The entrance to the cave offers a commanding view of town and the surrounding hills — not the karst cliffs (I’m actually standing on one), but picturesque nonetheless.

Wow, I’m exhausted. Only one thing to do about that — Lao Coffee in a bag, yo.

Make that two, please.

Fo shizzy. Now we’re ready to party.

Noe: “Um, guys? I’m still here.”

Lori: “Did you hear something, David?”

David: “Hear what?”

Noe: “Oh boy…”

To the Party Island!

Lori wanted to return to Smile Beach Bar to watch the sunset, so we joined all the other…ahem…young…ahem…folks and did what…ahem…young…ahem…folks do at Smile Beach Bar — rock out with our baby out.

Guess it’s that time, again…

Watch out for those power lines!!!

Nothing says “I’m in Southeast Asia” like a group of Korean men taking a selfie next to a couple of lady boys washing each others’ hair in the river. I love this country.

And here come the sunset kayakers, right on cue.


Now, where’s my bucket of LaoLao, Lori? No LaoLao? Then I’ll settle for bug spray and a baby, thank you.

Noe: “Ok, guys. Whatever point you’re trying to prove, you’ve proved it. Now, can we go back to the guesthouse?”

Silly Noe. We’re just getting started!

Mexican food at Amigo’s! Best Mexican food this side of Vang Vieng — and I truly mean that!

So many munchies to choose from. If it were 2011 and we were here visiting and hadn’t just inhaled a delicious enchilada platter, I’d probably be very interested in the offerings here. Check back with me in a few hours.

And now I present “Marts of Vang Vieng.”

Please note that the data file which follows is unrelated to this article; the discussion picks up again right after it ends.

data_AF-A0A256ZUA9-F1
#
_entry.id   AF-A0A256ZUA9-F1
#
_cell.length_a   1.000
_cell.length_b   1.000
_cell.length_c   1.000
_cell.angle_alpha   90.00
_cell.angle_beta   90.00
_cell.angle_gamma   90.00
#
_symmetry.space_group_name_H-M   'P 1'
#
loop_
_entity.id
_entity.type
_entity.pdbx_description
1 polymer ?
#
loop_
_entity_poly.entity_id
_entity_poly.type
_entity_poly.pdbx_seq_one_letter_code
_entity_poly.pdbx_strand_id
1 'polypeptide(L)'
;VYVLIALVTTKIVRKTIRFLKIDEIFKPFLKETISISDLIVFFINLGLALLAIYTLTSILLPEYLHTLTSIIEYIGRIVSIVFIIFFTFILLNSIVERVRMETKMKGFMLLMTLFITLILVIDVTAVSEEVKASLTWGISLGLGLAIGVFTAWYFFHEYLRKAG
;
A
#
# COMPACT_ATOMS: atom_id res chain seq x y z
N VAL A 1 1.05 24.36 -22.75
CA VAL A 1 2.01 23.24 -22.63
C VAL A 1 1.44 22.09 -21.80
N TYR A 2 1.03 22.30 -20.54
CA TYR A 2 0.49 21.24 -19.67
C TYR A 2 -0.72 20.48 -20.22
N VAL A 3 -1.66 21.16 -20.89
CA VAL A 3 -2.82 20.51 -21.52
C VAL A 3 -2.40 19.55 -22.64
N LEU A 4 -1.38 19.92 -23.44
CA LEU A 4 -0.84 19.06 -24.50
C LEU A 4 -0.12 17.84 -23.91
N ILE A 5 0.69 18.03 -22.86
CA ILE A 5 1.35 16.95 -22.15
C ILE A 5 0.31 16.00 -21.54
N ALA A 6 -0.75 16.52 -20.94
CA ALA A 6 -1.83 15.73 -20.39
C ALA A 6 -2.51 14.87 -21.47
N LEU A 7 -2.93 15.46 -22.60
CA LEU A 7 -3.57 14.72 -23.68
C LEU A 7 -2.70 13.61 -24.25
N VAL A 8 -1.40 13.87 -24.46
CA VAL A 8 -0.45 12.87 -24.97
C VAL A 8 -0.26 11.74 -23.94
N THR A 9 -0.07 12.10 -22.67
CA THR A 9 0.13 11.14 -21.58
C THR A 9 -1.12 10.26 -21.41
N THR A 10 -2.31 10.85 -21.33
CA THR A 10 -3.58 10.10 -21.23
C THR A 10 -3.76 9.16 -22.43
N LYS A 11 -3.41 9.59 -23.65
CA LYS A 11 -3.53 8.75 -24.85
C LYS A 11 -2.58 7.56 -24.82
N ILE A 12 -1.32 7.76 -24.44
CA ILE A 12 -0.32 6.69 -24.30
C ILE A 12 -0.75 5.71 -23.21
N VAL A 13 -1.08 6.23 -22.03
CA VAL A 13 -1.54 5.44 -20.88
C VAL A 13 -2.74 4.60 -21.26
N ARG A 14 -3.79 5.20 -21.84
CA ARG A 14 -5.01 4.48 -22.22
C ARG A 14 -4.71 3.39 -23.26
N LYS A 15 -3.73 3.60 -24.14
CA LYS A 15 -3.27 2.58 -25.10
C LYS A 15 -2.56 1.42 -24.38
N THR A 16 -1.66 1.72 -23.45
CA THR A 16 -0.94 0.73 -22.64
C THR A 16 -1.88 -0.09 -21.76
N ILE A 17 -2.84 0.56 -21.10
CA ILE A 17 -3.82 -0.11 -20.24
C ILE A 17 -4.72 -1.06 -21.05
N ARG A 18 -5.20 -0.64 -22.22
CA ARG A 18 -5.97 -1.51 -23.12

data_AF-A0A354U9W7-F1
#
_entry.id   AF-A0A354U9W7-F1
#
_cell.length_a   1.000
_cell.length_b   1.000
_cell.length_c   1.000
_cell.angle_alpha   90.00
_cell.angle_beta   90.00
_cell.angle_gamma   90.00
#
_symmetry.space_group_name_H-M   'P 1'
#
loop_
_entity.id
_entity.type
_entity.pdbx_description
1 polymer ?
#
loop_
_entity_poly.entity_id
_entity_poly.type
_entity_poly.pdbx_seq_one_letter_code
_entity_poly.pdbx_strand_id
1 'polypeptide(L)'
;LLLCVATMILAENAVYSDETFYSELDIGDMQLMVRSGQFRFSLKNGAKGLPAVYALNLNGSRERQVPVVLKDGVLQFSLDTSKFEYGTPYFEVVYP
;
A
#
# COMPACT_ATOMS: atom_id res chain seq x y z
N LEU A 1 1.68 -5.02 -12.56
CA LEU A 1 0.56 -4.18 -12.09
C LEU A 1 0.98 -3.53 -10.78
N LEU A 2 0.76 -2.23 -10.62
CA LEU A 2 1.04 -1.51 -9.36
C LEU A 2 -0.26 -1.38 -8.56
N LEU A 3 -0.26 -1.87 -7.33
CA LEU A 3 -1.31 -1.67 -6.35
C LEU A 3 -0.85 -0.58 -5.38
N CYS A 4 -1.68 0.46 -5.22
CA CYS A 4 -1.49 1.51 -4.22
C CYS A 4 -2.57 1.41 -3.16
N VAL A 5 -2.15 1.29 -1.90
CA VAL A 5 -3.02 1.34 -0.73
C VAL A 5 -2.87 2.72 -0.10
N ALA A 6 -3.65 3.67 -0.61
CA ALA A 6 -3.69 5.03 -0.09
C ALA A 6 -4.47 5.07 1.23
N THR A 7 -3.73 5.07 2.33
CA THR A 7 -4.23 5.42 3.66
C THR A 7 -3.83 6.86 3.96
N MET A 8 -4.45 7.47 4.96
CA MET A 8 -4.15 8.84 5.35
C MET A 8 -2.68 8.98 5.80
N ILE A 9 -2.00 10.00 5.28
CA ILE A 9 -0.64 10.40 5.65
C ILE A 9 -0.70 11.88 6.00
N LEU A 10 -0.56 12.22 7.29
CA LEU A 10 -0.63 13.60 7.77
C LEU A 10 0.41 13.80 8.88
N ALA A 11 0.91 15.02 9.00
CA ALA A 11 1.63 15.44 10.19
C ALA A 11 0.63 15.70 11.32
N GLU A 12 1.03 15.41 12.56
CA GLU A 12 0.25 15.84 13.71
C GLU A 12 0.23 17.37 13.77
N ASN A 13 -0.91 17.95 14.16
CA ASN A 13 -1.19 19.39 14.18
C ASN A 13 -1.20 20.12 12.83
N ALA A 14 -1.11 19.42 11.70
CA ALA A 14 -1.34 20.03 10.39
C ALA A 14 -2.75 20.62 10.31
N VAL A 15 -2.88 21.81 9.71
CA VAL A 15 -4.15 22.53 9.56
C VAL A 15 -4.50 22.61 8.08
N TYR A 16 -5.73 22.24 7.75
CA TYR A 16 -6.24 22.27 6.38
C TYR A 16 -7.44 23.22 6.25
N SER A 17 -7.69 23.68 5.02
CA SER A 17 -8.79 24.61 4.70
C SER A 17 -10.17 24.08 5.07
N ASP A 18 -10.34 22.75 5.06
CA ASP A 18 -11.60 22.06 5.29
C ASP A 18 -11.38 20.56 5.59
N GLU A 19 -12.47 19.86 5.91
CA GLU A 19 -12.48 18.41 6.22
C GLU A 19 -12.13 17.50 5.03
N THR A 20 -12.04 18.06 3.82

You’ve got your K Mart, of course — soda and money exchange if you need it (I’m sure the rates are awesome too).

And your M Mart (not to be confused with the M-Point Mart national chain of mini-markets, which strangely is absent from central Vang Vieng). Again, snacks and money exchange. Great rates as always, I imagine.

And U-Mart, which, sadly is closed on this fine evening. Maybe they should consider offering money exchange?

Lori and Noe, just getting back from some late-night tubing with some random dudes. Wish I could’ve joined you guys but I was busy taking pictures of mini-marts. Suckers.

The main drag of Vang Vieng. It’s exciting. It’s gritty. It’s…the only way back to the guesthouse.

Well, Noe, I guess we best be getting you home now…

Hey, this place looks sweet. Perhaps we should take a peak?

Love what you’ve done with the place. Though, I must say, the light fixtures are a bit tired-looking, don’t you think?

For what it’s worth, at least one of us was being a responsible parental unit considering the child n’ all. Then again, who can turn down a fresh coconut shake at 8pm? Well, me for one. When there’s cold BeerLao on tap in this country, you really have to seize the moment. You never quite know when your two paths will cross again.

Speaking of crossing paths, not sure what happened here. Guess that’s the kind of crazy stuff that happens in Vang Vieng after 8:30pm. I think we best be getting you to bed now, Mister.